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The Dangers of Ignoring Check Engine Lights: A Truck Driver’s Guide

July 5th, 2024

Greg Wentworth

Greg Wentworth

Greg joined the ATS team in 2019. He’s spent more than 30 years working on all types of trucks and trailers and spent 29 years as a dealer technician. He carries several certifications from different original equipment manufacturers (OEMs). His favorite part of his role as a technical trainer and quality assurance insurance inspector is helping the technicians learn and build their own knowledge base.

As a truck driver, you know your rig is more than just a vehicle — it's your livelihood. If you’re an over-the-road (OTR) driver, It’s your home away from home. It’s the tool you need to do your job and bring home money to support your family. 

One of the most critical aspects of keeping your truck in top shape is paying attention to the warning lights on your dashboard.

Ignoring these signals can lead to serious consequences, not only for your truck but also for your wallet and your schedule. 

Unfortunately, though, some drivers do ignore the check engine light for too long. We see this all the time in the shop at Anderson Trucking Service: A catastrophic engine failure that could’ve been prevented with an earlier trip to the shop. 

Ignoring your check engine light can result in: 

Let’s dive into the adverse effects of ignoring a check engine or warning light and why addressing these issues promptly is essential.

3 Reasons You Shouldn’t Ignore Your Check Engine Light

Letting the light stay on unchecked for a few days can be tempting, but days turn to weeks and your truck will suffer for it.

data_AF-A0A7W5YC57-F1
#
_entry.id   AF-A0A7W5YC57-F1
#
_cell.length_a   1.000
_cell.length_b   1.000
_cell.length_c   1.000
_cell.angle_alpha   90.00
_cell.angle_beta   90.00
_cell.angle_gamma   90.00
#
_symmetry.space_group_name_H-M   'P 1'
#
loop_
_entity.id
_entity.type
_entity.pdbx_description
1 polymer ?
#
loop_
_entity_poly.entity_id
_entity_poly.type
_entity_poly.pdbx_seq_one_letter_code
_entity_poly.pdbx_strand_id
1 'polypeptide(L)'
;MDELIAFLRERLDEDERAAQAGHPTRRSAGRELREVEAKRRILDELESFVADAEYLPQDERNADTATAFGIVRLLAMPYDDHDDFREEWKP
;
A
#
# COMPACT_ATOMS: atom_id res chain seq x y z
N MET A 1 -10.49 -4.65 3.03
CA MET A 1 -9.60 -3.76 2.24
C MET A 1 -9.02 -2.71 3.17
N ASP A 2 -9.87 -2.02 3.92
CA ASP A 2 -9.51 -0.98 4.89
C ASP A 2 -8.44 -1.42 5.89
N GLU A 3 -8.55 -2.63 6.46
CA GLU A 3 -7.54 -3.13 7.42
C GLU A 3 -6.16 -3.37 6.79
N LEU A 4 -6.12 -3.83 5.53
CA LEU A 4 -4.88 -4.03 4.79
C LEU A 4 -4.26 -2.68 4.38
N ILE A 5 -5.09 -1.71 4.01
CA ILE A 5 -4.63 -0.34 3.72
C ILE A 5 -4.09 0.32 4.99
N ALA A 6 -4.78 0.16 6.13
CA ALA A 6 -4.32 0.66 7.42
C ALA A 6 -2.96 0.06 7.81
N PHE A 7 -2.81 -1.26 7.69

Ignoring your service engine light can lead to progressive damage. 

Reason #1: Progressive Damage and Warranty Risks

When a warning light illuminates on your dashboard, it's a clear sign that something needs attention. Continuing to drive with a warning light can cause progressive damage to your truck. For instance, if the root cause of the warning is something like a fuel injector failure, prolonged driving can exacerbate the issue, leading to extensive and costly damage.

Shops and original equipment manufacturers (OEMs) keep a close eye on truck maintenance. Warranty coverage is often tied to proper upkeep. If the truck wasn’t properly maintained (it wasn’t taken in for regular maintenance intervals), the OEM can deny warranty coverage. 

So, if it’s evident a truck was driven for an extended period with a warning light on, the manufacturer may deny warranty claims. This means you could be left footing the bill for repairs that would otherwise have been covered. 

In other words, ignoring that pesky service engine light might lead to paying out-of-pocket for major repairs, which can quickly add up.

Learn more about warranty coverage and why (documented) maintenance is important.

Reason #2: Reduced Power Output

When you see your check engine light go on, it’s tempting to think it’s something minor that can wait and be fixed easily down the road. 

But sometimes, certain fault codes don’t just signal a problem — they actively reduce your truck's power output to prevent further damage. This reduction can be gradual, but if ignored, it can lead to a full derate in power and a significant reduction in road speed, sometimes bringing your truck down to a crawl at 5 mph.